Want to defeat the pushers and drug kingpins? Then let's buy what they're selling.
The largest single change for the better in U.S. foreign policy, and one that could be accomplished simply by an act of political will, would be the abandonment of the so-called War on Drugs. This last relic of the Nixon era has long been a laughingstock within the borders of the United States itself (where narcotics are freely available to anybody who wants them and where the only guarantee is that all the money goes straight into criminal hands). But the same diminishing returns are now having a deplorable effect on America’s international efforts.
Consider the case of Afghanistan. Thirty years ago, it was a vine-growing country, renowned for its raisins. It is now so deforested that a farmer planting a vine would be an optimist, while a farmer growing poppies is assured of at least some income. We burn and destroy what is in effect the Afghans’ only crop, while suffering from a shortage of analgesics in the United States. The beneficiaries of this policy are the Taliban. Why not instead buy the Afghan crop, use it to manufacture painkillers, and burn or throw away the rest (if you insist) while simultaneously offering incentives and aid to vine growers? We already pay the Turks to grow medical opium; they don’t need the money. The revenue that now goes to drug lords and terrorists could be applied straight to Afghanistan’s reconstruction, while weakening those who benefit from an artificially created monopoly. This might be termed "win-win." And this is to speak only of opiates. The usefulness of marijuana in combating glaucoma and in helping to ease the pain of chemotherapy is now well attested.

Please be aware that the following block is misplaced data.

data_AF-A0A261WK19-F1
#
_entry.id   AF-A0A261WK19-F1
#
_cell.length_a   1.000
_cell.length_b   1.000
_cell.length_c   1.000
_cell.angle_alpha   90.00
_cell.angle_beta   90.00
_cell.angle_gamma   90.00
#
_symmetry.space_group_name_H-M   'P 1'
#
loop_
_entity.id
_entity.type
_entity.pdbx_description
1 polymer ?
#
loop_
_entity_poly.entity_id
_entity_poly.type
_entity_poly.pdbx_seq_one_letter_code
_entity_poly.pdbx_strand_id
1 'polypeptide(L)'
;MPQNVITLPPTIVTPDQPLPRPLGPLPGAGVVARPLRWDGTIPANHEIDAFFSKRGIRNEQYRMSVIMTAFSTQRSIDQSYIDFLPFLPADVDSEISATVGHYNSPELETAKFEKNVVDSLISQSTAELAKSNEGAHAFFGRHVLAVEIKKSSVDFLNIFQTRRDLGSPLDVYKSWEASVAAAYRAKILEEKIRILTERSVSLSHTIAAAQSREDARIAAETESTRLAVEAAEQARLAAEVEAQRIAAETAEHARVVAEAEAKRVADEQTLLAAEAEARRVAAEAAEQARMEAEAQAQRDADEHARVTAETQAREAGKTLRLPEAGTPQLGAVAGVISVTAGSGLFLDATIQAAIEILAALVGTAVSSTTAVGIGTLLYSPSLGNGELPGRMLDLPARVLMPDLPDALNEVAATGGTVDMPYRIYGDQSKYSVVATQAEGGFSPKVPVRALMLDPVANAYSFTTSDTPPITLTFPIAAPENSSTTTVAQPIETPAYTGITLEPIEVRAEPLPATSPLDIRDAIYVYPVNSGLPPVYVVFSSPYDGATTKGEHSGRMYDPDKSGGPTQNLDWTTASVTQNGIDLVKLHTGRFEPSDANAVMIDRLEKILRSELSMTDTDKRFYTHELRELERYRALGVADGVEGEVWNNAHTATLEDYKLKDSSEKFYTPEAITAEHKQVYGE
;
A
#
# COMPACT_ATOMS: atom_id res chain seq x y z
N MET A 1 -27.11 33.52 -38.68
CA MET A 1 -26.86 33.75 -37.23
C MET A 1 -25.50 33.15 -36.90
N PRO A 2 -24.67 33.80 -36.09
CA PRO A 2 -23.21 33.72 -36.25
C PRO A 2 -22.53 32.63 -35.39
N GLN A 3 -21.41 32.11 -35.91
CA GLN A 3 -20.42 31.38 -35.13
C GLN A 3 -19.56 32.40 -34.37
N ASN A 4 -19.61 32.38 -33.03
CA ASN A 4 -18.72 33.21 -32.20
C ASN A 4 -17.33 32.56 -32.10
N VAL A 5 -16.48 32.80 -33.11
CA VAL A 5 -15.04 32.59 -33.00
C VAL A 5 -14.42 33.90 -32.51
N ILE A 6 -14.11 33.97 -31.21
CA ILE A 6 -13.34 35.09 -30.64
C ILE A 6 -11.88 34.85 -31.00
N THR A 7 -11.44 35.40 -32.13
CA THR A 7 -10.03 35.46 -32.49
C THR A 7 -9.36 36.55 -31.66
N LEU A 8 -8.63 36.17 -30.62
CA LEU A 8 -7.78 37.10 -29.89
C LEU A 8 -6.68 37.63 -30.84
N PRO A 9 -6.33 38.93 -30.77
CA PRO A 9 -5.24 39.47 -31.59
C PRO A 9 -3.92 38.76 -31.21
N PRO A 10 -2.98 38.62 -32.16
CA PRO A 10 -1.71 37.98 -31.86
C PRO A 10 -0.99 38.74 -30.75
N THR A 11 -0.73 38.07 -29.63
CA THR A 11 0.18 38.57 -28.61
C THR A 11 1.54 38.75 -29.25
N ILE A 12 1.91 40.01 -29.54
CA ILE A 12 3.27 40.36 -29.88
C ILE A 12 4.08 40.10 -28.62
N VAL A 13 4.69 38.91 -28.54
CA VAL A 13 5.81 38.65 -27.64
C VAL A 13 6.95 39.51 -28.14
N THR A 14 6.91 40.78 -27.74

Decriminalization of drugs could also mean fewer lethal impurities (the result of gangsters "cutting" the stuff) and a decline in the glamour associated with prohibition. The opportunities for the corruption of officialdom, both overseas and in the United States, would decline also, as would the deadly turf wars that inflate the crime rate. One does not have to be an apostle of Milton Friedman’s to realize that any attempt to prohibit a commodity with such huge demand and ease of supply is doomed. It has no place in the policy of a great nation.